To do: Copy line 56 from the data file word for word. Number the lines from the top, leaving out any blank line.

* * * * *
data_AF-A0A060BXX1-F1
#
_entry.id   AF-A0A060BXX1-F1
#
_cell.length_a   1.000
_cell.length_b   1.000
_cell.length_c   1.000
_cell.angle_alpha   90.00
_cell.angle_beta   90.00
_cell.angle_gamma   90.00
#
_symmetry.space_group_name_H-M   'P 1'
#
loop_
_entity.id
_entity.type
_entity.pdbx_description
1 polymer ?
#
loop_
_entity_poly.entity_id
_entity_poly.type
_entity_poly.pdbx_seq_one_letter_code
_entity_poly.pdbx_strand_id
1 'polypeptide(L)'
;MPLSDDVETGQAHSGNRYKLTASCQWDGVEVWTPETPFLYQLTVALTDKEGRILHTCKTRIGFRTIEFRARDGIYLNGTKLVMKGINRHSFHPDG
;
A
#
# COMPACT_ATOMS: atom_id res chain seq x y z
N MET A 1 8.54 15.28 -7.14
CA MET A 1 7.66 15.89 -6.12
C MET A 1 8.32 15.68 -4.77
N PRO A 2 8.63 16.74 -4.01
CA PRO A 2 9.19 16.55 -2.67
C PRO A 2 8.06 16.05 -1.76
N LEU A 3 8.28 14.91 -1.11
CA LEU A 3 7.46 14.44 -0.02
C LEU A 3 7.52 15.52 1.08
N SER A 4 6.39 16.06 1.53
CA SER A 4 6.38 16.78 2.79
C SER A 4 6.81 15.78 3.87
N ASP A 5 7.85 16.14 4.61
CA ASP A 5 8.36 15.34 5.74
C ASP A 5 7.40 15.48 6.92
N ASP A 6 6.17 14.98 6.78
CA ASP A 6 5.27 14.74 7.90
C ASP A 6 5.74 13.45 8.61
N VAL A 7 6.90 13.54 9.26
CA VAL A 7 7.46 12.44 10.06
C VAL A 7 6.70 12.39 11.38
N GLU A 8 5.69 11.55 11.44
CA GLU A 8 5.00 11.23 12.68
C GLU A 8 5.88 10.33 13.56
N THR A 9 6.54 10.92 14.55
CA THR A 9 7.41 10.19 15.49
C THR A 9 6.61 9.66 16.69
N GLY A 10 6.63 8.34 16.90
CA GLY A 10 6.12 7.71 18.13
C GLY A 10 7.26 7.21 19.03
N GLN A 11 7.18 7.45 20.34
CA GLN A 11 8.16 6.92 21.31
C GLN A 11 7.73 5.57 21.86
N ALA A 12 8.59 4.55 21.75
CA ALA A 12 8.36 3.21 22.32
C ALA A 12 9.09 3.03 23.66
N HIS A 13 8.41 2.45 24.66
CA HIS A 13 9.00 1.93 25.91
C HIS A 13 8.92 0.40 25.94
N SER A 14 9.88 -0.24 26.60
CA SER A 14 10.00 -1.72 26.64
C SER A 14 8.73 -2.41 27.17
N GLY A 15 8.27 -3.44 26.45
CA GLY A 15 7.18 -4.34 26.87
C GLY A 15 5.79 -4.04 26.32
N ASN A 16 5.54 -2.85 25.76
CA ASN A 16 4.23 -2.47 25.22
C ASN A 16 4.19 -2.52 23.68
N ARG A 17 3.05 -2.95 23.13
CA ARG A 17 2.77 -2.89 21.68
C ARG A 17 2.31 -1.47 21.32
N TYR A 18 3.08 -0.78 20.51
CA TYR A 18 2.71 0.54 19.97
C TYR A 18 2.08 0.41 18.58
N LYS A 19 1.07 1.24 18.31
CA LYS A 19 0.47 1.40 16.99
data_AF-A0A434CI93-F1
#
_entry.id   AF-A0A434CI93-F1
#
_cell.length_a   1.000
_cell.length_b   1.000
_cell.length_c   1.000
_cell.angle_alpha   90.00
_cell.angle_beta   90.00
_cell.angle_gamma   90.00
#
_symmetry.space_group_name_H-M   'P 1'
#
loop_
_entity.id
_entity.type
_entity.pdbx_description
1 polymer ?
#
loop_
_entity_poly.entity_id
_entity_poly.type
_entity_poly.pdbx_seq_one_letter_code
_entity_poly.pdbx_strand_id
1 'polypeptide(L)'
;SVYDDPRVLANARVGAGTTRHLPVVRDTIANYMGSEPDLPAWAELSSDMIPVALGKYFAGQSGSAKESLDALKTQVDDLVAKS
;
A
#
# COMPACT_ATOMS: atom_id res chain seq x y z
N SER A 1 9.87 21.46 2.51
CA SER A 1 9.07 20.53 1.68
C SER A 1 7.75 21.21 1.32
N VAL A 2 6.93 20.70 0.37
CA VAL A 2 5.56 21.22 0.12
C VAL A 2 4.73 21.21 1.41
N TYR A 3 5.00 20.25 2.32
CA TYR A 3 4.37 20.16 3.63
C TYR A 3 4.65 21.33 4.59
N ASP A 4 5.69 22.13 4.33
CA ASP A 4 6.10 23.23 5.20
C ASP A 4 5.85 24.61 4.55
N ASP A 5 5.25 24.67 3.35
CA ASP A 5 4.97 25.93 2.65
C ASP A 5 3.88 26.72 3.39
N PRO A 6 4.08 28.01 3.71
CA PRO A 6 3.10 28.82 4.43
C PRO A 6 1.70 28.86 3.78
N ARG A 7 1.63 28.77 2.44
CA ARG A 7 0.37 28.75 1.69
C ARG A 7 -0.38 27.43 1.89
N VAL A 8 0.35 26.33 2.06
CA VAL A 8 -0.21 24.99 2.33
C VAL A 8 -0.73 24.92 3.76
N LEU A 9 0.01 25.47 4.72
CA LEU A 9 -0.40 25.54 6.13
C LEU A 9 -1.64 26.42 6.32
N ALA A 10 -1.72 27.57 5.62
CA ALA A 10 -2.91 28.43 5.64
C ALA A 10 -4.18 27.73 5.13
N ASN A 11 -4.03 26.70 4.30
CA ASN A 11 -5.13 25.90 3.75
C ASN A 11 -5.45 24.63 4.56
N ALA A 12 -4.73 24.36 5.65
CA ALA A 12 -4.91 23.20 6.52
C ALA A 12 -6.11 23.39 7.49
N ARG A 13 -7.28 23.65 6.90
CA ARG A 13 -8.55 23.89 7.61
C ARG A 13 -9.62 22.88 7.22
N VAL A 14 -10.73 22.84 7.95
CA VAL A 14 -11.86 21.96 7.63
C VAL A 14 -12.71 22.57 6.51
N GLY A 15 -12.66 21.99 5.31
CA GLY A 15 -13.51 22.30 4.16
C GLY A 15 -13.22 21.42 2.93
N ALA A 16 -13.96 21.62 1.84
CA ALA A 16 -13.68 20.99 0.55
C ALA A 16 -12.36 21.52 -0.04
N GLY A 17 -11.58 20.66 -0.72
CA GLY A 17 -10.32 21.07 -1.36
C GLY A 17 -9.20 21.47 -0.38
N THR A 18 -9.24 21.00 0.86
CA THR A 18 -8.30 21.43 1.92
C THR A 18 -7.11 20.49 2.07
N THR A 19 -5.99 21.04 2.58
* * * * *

CA THR A 9 7.41 10.19 15.49